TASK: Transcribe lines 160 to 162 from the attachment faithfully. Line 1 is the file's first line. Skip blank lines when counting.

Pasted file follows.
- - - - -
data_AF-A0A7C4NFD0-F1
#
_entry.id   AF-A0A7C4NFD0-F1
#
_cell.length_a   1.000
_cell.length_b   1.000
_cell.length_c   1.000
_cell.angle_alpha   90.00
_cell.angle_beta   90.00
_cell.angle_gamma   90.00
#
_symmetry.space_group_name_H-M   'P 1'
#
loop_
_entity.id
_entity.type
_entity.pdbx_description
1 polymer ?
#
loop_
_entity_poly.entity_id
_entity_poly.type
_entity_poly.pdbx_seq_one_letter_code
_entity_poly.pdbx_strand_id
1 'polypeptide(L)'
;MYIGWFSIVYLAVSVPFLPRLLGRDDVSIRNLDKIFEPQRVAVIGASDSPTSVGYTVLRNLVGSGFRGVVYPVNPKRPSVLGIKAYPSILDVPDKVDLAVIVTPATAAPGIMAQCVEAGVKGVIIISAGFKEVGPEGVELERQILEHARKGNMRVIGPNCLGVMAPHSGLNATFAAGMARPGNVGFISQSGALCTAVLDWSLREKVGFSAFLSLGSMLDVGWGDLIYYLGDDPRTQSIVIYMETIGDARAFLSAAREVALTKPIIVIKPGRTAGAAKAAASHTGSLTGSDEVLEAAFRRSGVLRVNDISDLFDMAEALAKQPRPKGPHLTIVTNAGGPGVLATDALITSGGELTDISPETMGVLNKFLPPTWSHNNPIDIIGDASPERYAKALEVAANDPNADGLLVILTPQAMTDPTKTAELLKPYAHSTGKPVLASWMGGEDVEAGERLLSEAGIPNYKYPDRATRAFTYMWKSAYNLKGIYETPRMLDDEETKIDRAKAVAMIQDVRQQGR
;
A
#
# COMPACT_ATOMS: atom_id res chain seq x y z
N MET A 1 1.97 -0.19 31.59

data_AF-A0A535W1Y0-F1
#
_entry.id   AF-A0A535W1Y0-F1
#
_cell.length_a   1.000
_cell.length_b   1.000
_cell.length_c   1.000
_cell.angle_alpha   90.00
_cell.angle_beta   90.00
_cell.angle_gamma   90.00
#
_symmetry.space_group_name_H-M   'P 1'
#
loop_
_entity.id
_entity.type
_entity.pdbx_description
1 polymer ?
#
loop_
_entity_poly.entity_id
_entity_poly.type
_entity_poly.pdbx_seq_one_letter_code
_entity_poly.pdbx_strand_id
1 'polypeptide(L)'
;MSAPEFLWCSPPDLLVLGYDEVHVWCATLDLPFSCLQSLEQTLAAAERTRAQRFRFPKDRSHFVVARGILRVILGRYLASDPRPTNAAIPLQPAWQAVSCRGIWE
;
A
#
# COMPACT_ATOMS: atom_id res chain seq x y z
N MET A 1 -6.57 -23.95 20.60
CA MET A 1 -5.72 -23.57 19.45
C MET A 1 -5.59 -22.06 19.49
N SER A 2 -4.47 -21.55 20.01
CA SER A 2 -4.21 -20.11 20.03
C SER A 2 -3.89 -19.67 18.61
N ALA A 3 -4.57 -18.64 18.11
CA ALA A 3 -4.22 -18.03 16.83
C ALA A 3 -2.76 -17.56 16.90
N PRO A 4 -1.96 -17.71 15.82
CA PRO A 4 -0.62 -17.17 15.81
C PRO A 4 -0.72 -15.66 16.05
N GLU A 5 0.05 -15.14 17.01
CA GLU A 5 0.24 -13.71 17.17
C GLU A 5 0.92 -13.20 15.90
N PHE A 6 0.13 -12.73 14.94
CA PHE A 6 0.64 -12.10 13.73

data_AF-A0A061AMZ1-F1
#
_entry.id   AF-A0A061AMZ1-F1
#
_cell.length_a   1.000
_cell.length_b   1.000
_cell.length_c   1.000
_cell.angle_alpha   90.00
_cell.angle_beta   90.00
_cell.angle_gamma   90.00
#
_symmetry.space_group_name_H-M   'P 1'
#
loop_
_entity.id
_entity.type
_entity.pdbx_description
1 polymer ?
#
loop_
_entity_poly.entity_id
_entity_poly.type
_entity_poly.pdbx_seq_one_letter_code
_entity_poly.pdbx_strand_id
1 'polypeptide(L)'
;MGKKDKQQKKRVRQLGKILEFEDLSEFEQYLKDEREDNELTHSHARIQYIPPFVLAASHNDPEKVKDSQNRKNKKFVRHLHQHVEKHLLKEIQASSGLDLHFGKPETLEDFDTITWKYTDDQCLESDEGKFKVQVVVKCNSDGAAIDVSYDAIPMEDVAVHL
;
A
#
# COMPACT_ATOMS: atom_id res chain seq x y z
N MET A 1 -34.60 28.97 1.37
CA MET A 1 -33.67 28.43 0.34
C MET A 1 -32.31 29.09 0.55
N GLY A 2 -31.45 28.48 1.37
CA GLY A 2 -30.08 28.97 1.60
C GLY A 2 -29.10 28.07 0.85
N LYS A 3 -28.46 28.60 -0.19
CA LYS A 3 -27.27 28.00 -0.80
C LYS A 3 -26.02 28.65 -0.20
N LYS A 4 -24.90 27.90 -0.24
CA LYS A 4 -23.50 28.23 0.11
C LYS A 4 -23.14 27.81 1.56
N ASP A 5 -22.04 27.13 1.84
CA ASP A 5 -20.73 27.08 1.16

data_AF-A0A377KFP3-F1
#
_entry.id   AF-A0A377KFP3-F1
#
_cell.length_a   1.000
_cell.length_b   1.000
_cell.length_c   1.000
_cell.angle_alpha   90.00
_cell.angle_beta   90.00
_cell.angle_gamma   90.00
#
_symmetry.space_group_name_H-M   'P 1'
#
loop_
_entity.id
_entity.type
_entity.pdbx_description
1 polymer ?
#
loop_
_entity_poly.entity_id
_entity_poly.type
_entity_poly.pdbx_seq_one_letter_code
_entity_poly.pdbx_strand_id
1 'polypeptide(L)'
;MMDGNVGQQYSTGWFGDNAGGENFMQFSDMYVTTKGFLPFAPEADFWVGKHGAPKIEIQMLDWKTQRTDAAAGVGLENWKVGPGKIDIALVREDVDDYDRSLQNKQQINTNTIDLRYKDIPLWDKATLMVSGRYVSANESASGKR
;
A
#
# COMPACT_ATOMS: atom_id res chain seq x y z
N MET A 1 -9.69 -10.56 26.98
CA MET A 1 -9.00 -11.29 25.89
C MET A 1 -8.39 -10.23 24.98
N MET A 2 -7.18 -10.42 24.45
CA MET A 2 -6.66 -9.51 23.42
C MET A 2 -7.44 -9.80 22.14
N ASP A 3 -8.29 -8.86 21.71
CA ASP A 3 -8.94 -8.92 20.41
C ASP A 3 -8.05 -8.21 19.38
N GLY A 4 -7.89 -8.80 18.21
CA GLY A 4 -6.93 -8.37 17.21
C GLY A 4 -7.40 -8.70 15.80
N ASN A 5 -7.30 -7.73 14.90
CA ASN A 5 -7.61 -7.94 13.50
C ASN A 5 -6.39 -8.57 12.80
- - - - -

CA ASP A 3 -8.94 -8.92 20.41
C ASP A 3 -8.05 -8.21 19.38
N GLY A 4 -7.89 -8.80 18.21